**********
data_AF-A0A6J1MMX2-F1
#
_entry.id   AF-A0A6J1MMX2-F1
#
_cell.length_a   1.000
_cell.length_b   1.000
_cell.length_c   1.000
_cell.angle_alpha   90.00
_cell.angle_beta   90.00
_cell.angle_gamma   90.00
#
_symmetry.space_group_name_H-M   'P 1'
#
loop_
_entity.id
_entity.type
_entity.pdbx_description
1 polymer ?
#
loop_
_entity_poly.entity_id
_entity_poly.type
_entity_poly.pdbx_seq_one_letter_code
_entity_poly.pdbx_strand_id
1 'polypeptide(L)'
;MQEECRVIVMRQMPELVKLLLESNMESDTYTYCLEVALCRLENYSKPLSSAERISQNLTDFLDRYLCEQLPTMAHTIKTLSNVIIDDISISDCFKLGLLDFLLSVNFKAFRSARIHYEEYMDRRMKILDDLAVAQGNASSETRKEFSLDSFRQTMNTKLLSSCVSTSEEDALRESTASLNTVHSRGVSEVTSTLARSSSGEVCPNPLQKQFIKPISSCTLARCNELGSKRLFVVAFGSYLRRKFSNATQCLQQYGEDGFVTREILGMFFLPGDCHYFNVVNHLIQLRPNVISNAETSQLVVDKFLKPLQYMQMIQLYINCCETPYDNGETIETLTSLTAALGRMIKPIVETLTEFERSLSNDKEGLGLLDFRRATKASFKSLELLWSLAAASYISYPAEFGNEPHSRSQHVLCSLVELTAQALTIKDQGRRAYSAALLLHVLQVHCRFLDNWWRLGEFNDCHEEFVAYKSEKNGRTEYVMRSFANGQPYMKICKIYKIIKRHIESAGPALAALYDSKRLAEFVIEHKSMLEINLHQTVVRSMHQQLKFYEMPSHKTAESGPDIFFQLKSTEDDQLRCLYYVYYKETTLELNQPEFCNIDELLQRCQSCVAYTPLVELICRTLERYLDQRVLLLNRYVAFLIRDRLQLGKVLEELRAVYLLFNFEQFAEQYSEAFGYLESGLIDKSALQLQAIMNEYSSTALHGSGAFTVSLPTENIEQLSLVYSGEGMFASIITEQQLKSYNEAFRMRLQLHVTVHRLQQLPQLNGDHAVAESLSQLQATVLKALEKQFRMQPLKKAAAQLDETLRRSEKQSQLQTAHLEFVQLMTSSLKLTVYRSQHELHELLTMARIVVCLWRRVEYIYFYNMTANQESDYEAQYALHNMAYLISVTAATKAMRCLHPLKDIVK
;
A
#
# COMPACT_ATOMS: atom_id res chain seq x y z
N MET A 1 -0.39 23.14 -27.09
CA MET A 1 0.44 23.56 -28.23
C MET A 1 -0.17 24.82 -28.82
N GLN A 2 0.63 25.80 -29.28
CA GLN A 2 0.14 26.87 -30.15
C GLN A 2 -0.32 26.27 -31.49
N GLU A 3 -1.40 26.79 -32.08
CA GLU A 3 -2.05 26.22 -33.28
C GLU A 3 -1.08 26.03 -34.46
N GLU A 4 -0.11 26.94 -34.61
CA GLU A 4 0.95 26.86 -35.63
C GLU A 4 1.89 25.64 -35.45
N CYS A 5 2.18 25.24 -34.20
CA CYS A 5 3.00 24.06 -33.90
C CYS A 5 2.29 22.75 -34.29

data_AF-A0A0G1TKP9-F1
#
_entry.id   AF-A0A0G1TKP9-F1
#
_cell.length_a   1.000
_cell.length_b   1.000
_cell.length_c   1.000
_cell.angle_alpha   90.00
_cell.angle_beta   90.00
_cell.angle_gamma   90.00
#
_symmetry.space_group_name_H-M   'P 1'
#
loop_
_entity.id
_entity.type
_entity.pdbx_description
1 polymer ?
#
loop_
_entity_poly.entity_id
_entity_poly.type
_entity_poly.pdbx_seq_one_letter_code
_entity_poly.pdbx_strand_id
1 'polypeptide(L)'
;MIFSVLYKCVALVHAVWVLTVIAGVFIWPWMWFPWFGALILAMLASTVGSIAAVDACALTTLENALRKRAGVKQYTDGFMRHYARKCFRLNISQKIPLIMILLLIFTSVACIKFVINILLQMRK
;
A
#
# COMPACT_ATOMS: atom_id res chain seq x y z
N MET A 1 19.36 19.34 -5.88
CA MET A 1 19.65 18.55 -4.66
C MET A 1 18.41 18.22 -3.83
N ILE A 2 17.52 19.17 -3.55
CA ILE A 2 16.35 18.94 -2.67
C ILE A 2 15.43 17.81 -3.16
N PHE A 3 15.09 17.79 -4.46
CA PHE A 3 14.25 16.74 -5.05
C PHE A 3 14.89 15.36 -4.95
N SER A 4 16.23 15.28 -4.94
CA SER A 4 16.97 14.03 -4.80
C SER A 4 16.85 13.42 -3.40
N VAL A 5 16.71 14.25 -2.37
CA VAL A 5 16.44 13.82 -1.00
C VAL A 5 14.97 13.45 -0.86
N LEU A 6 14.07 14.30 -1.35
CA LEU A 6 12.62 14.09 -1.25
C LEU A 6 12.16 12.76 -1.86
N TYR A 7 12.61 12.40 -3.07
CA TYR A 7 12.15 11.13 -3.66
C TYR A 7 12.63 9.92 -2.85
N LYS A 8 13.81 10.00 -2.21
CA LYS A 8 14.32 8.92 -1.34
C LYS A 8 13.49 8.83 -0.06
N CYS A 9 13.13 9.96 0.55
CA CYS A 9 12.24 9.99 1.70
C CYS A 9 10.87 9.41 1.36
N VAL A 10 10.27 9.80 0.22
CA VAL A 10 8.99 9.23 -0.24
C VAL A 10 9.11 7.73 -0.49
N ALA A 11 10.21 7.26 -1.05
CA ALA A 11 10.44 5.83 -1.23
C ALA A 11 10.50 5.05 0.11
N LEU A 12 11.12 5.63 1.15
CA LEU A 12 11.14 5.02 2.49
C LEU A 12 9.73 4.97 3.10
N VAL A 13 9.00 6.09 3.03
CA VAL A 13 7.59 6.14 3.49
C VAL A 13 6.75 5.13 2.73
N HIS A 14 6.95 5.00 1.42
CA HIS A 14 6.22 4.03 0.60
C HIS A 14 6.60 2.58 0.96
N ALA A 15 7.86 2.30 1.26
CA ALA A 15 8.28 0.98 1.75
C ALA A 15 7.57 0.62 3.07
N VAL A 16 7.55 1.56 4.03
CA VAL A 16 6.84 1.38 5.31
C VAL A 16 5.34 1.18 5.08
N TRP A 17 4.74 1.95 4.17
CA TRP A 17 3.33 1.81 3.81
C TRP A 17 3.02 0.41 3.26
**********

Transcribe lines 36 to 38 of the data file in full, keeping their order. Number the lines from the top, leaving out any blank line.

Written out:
C GLN A 2 -0.32 26.27 -31.49
N GLU A 3 -1.40 26.79 -32.08
CA GLU A 3 -2.05 26.22 -33.28